Learn how to receive and manage webhooks from Replicate.

🍿 Watch: Learn more about how to use webhooks → YouTube (14 minutes).

What are webhooks?

Webhooks provide real-time updates about your prediction. Specify an endpoint when you create a prediction, and Replicate will send HTTP POST requests to that URL when the prediction is created, updated, and finished.

Here are some example scenarios where webhooks are useful:

  • Persisting prediction data and files. Input and output (including any files) are automatically deleted after an hour for any predictions created through the API. Webhooks give you a way to receive all the metadata for a completed prediction, so you can store it in a database or save the output files to persistent storage before they’re gone.
  • Sending notifications when long-running predictions finish. Some predictions like training jobs can take several minutes to run. You can use a webhook handler to send a notification like an email or a Slack message when a prediction completes.
  • Creating model pipelines. You can use webhooks to capture the output of one long-running prediction and pipe it into another model as input.

Note: Webhooks are handy, but they’re not strictly necessary to use Replicate, and there are other ways to receive updates. You can also poll the predictions API or use server-sent events (SSEs) to check the status of a prediction over time.

Setting webhooks

To use webhooks, specify a webhook URL in the request body when creating a prediction.

Here’s an example using the replicate JavaScript client:

await replicate.predictions.create({
  version: "d55b9f2d...",
  input: { prompt: "call me later maybe" },
  webhook: "https://example.com/replicate-webhook",
  webhook_events_filter: ["completed"], // optional

In addition to predictions, you can also receive webhooks when fine-tuning models with the training API:

await replicate.trainings.create({
  version: "d55b9f2d...",
  destination: "my-username/my-model",
  input: { training_data: "..." },
  webhook: "https://example.com/replicate-webhook",

Receiving webhooks

Replicate can send an HTTP POST request to the URL you specified whenever the prediction is created, has new logs, new output, or is completed.

The request body is a prediction object in JSON format. This object has the same structure as the object returned by the get a prediction API. Here’s an example of an unfinished prediction:

  "id": "ufawqhfynnddngldkgtslldrkq",
  "version": "5c7d5dc6dd8bf75c1acaa8565735e7986bc5b66206b55cca93cb72c9bf15ccaa",
  "created_at": "2022-04-26T22:13:06.224088Z",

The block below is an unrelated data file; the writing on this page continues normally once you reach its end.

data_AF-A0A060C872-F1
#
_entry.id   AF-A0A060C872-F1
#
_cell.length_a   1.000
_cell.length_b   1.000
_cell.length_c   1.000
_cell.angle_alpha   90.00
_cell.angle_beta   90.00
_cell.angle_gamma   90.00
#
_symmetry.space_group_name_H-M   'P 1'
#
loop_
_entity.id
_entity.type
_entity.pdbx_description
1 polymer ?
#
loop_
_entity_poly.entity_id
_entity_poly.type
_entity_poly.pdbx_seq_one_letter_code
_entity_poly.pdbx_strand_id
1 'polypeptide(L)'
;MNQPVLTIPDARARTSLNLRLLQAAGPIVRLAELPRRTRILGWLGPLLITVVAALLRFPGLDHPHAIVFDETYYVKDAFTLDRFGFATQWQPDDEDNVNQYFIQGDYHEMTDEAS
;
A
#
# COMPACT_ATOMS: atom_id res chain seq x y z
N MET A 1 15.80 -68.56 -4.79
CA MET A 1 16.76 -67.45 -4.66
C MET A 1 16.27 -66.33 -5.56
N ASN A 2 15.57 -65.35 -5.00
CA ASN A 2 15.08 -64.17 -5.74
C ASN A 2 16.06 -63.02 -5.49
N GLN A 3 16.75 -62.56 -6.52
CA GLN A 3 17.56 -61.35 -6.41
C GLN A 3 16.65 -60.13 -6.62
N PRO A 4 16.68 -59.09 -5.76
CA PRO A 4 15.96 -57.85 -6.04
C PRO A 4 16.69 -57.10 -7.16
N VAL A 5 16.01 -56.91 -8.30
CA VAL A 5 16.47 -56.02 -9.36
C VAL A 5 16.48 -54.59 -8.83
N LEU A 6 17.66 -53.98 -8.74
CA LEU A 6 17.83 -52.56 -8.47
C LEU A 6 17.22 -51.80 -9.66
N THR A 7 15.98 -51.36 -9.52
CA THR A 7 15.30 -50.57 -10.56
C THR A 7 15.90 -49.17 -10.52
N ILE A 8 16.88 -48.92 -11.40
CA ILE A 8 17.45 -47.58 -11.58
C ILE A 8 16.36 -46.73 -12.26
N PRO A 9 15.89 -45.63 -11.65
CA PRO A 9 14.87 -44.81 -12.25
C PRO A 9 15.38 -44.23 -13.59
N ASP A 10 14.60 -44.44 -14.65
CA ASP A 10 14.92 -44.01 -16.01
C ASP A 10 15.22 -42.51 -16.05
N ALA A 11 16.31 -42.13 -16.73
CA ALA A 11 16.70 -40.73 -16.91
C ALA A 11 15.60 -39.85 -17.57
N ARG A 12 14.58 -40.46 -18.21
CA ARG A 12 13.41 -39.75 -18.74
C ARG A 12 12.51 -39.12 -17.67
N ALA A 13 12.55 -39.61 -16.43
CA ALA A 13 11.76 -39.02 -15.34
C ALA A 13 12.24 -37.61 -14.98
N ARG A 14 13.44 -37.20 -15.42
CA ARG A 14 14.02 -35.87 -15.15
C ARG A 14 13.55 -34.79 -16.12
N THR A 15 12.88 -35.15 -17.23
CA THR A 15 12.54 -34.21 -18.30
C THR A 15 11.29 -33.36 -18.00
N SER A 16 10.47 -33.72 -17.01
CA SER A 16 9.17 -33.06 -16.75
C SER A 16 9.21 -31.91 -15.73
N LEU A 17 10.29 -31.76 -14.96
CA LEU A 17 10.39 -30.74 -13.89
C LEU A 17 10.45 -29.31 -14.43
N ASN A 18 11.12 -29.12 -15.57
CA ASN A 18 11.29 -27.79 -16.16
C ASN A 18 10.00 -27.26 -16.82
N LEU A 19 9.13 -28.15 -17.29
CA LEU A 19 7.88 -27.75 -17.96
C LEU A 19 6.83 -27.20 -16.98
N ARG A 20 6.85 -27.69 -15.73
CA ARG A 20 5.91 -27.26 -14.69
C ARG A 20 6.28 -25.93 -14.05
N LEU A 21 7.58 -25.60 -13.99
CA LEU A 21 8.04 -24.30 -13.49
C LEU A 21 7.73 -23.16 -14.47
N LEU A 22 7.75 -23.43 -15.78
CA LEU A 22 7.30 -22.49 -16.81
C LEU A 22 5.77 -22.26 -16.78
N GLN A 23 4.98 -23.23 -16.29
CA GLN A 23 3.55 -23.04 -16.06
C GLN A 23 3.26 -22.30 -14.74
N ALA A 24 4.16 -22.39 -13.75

"started_at": null,
  "completed_at": null,
  "status": "starting",
  "input": {
    "text": "Alice"
  "output": null,
  "error": null,
  "logs": null,
  "metrics": {}

The prediction’s status property will have one of the following values:

  • starting: the prediction is starting up. If this status lasts longer than a few seconds, then it’s typically because a new worker is being started to run the prediction.
  • processing: the model is currently running.
  • succeeded: the prediction completed successfully.
  • failed: the prediction encountered an error during processing.
  • canceled: the prediction was canceled by the user.

Here’s an example of a Next.js webhook handler:

// pages/api/replicate-webhook.js
export default async function handler(req, res) {
  console.log("🪝 incoming webhook!", req.body.id);
  const prediction = req.body;
  await saveToMyDatabase(prediction);
  await sendSlackNotification(prediction);

By default, Replicate sends requests to your webhook URL whenever there are new outputs or the prediction has finished. You can change which events trigger a webhook using the webhook_events_filter property.

Your endpoint should respond with a 2xx status code within a few seconds, otherwise the webhook might be retried.


When Replicate sends the final webhook for a prediction (where the status is succeeded, failed or canceled), we check the response status we get. If we can’t make the request at all, or if we get a 4xx or 5xx response, we’ll retry the webhook. We retry several times on an exponential backoff. The final retry is sent about 1 minute after the prediction completed.

We do not retry any webhooks for intermediate states.


When Replicate sends a webhook request to your service, it does not follow redirects. If your endpoint responds with a redirect, the webhook will fail to send. Be sure to specify a webhook URL that will resolve without redirecting.

Testing your webhook code

When writing the code for your new webhook handler, it’s useful to be able to receive real webhooks in your development environment so you can verify your code is handling them as expected.

ngrok is a free reverse proxy tool that can create a secure tunnel to your local machine so you can receive webhooks. If you have Node.js installed, run ngrok directly from the command line using the npx command that’s included with Node.js.

npx ngrok http 3000

The command above will generate output that looks like this:

Session Status                online
Session Expires               1 hour, 59 minutes
Version                       2.3.41
Region                        United States (us)
Web Interface       
Forwarding                    http://3e48-20-171-41-18.ngrok.io -> http://localhost:3000
Forwarding                    https://3e48-20-171-41-18.ngrok.io -> http://localhost:3000

The HTTPS URL in the output (http://3e48-20-171-41-18.ngrok.io in the example above) is a temporary URL pointing to your local machine. Copy that URL and use it as the base of your webhook URL.

Here’s an example using the replicate JavaScript client:

await replicate.predictions.create({
  version: "d55b9f2d...",
  input: { prompt: "call me later maybe" },
  webhook: "https://3e48-20-171-41-18.ngrok.io/replicate-webhook",